...like much of what goes before it, it proves hard to sustain her extreme subject. After a while everything tastes the same—just like chicken.
A richly readable and authoritative addition to the literature of wine.
While the later chapters may lack some of the intense magic of the childhood described in the book's early pages, one is compelled to read to the end, if only for that definitive recipe for "Russian" salad.
Paterniti’s thoughtfully complicated narrative is a brilliant tale, not only of failure, enmity and the joy of contradictions and conflicting interpretations but, also a thoroughly engaging meditation on storytelling...
...both the journey and the cuisine is worth discovering, especially to those fond of culinary travelogues.
...Lee gives four recipes for kimchi, including red cabbage–bacon and white pear, as well as bourbon-pickled jalapeños and pickled jasmine peaches. In the end, this is an irresistible collection for any adventurous home cook.
Paragraph by paragraph, he’s still a joy to read, conveying the deep satisfaction of, say, experimenting to achieve a sourdough bread that’s wholesome but still airy.
A Week in Winter is a glorious swansong ... serious themes examined, scrutinised and handled with insight, intelligence and a large helping of Binchy’s unforgettable kindness.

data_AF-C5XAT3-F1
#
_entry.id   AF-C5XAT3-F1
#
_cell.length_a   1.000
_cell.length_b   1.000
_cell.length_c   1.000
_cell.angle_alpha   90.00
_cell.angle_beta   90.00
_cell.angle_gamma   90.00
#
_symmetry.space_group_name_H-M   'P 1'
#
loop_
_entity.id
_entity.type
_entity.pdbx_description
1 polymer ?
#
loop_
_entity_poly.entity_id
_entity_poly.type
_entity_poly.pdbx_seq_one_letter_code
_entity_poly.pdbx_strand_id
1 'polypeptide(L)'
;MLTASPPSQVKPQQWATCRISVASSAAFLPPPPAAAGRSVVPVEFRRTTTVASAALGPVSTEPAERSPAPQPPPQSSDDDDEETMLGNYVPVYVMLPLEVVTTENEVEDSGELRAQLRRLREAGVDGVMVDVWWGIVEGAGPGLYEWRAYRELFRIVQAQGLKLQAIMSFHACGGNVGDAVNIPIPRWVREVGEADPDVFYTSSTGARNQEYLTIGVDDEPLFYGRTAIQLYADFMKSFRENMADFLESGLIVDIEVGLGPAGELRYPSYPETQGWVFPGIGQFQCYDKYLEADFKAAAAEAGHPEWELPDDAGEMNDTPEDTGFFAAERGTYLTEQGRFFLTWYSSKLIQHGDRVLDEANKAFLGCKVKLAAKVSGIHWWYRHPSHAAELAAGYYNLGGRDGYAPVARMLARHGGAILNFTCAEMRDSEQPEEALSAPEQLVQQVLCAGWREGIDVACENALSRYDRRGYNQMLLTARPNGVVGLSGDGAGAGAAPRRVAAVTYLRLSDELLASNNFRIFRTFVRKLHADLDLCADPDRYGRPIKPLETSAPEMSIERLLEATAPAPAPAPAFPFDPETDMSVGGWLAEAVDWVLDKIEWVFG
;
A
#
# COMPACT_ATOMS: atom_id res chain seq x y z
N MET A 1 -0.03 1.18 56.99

I appreciated the many gluten free recipes, though I did need to modify a bit on the oil and dairy. The ingredients were easy to find and the recipes simple to follow.
Once again Garten’s culinary wizardry will inspire, delight, and empower readers to entertain in true Barefoot Contessa style.
This fearless home cook’s humorous anecdotes and delectable photos make for a food blog–gone–book that translates beautifully into any kitchen.
Clearly-written and methodically researched, Consider the Fork fills a real void in culinary literature.
“Dearie” describes just how profoundly Child changed the culinary landscape, but her public persona made her beloved.
Marcus Samuelsson’s “Yes, Chef” comes as a welcome breath of fresh air. Not only is it an old-school culinary memoir, but it’s also one of the best around.
With almost every turn of a page, there’s a flash of recognition. “I didn’t know you could eat that!” you find yourself saying.
Uneven, but patient readers will be rewarded with lessons about persistence and the joy of running.
Going deeper than the superficial stock stories ...Abdelnour merges evocative descriptions of place and historical context with meditations on the current state of affairs in Lebanon.
For all the attendant publicity, “Sweet Tooth” is not Mr McEwan’s finest book. It has neither the darkness of “The Comfort of Strangers” nor the passion of “Enduring Love”
Leafing through it, I realized that her concept for the book was the same as my revelation in France: Don’t just cook what you know.
Many chapters end with a summary of key points or helpful gardening tips, making it a good read for young adults as well. What Allen does with a small plot of land and a lot of determination is nothing short of inspiring.